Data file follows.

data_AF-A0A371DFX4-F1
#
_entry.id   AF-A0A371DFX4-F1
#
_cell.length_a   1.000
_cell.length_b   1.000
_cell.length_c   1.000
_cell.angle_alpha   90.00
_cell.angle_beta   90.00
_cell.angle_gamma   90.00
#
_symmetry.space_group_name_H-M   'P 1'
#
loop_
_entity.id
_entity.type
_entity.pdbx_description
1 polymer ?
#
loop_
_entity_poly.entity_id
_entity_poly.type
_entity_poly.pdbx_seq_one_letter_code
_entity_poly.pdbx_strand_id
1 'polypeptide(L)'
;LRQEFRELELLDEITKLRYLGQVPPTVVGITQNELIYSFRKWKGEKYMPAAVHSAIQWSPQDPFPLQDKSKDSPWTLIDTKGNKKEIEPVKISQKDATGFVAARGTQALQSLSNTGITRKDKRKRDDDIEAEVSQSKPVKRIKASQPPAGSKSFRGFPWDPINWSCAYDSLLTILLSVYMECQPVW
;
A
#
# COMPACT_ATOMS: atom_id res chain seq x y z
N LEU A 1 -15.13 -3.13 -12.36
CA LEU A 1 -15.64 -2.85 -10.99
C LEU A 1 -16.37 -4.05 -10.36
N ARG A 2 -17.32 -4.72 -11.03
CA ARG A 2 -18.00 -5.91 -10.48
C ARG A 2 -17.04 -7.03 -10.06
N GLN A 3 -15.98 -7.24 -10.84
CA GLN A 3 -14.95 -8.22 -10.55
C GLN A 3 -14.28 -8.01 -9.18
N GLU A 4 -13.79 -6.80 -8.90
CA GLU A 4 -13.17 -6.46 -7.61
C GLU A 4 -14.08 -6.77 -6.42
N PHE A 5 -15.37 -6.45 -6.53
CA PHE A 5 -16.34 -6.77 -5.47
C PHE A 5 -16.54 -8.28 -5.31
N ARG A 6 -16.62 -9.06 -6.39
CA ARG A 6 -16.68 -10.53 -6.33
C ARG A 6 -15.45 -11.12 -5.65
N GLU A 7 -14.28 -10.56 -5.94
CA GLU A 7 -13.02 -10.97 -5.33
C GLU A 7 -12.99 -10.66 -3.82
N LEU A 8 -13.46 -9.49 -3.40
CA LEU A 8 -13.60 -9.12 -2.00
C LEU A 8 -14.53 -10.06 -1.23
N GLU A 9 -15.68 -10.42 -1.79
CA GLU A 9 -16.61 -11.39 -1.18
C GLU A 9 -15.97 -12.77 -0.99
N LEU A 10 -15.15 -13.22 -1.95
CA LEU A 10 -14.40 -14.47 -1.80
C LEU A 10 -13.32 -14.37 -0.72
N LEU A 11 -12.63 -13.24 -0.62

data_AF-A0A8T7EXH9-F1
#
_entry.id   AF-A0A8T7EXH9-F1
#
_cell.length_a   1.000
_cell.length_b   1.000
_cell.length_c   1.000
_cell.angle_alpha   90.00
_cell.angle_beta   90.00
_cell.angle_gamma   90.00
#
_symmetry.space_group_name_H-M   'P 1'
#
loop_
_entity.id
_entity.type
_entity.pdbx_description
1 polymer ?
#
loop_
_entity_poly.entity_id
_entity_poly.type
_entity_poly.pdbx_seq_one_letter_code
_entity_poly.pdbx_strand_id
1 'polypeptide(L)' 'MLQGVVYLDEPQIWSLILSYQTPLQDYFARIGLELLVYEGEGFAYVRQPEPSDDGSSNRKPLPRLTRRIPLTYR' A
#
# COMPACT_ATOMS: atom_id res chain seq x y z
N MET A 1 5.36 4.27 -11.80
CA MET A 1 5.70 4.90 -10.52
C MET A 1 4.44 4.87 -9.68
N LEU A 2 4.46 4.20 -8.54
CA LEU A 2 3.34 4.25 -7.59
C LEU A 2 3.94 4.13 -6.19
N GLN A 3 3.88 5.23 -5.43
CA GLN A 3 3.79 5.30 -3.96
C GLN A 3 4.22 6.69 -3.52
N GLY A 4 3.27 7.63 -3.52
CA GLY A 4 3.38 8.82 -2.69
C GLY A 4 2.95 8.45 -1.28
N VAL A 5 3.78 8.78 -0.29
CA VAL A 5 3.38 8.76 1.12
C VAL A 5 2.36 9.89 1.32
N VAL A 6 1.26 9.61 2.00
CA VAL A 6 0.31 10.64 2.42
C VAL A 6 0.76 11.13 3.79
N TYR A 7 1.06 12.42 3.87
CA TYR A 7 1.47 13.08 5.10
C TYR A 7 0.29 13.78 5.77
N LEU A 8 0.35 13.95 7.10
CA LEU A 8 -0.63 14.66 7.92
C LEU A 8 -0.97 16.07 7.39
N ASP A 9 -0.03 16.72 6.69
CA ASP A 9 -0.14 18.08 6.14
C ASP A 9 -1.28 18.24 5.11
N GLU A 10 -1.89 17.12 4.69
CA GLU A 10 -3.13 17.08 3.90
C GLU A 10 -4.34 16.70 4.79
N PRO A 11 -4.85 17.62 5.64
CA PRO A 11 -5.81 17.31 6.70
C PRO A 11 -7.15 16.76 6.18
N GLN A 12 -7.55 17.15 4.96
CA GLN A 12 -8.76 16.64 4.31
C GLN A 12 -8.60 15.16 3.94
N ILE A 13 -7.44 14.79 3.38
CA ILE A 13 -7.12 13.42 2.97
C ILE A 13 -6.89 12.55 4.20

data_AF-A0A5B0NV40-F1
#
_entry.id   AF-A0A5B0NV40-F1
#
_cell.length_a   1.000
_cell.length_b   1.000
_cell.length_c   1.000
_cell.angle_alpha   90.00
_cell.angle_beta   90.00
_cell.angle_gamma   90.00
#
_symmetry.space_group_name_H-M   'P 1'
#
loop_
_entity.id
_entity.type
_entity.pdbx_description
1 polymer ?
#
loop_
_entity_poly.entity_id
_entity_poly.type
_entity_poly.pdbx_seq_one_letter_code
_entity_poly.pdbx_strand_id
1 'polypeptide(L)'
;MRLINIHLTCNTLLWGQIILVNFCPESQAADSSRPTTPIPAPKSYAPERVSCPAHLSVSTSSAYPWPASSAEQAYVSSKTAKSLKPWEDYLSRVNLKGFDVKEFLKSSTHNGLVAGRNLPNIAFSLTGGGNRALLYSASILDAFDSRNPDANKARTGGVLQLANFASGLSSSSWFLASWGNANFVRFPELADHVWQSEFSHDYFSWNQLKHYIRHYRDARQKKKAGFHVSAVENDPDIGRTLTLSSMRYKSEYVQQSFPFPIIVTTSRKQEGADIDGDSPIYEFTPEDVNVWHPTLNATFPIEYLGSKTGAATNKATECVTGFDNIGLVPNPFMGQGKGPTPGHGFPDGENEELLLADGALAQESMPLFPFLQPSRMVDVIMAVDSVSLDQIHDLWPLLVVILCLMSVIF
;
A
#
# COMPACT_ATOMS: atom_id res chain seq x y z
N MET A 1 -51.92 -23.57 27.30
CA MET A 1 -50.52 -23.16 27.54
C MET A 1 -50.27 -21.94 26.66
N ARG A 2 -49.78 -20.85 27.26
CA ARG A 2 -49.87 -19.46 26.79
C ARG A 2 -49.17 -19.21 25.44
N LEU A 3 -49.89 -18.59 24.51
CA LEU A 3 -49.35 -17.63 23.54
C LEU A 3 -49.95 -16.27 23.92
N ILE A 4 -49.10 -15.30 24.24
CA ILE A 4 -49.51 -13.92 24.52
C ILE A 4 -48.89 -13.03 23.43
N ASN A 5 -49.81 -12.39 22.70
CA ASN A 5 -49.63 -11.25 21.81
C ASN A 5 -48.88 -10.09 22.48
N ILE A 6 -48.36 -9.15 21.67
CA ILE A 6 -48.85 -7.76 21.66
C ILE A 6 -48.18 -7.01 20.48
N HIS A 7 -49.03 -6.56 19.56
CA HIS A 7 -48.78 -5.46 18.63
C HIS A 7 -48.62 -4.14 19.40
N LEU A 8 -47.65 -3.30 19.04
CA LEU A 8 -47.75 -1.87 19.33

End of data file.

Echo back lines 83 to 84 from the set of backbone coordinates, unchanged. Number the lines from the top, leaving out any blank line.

_entity_poly.type
_entity_poly.pdbx_seq_one_letter_code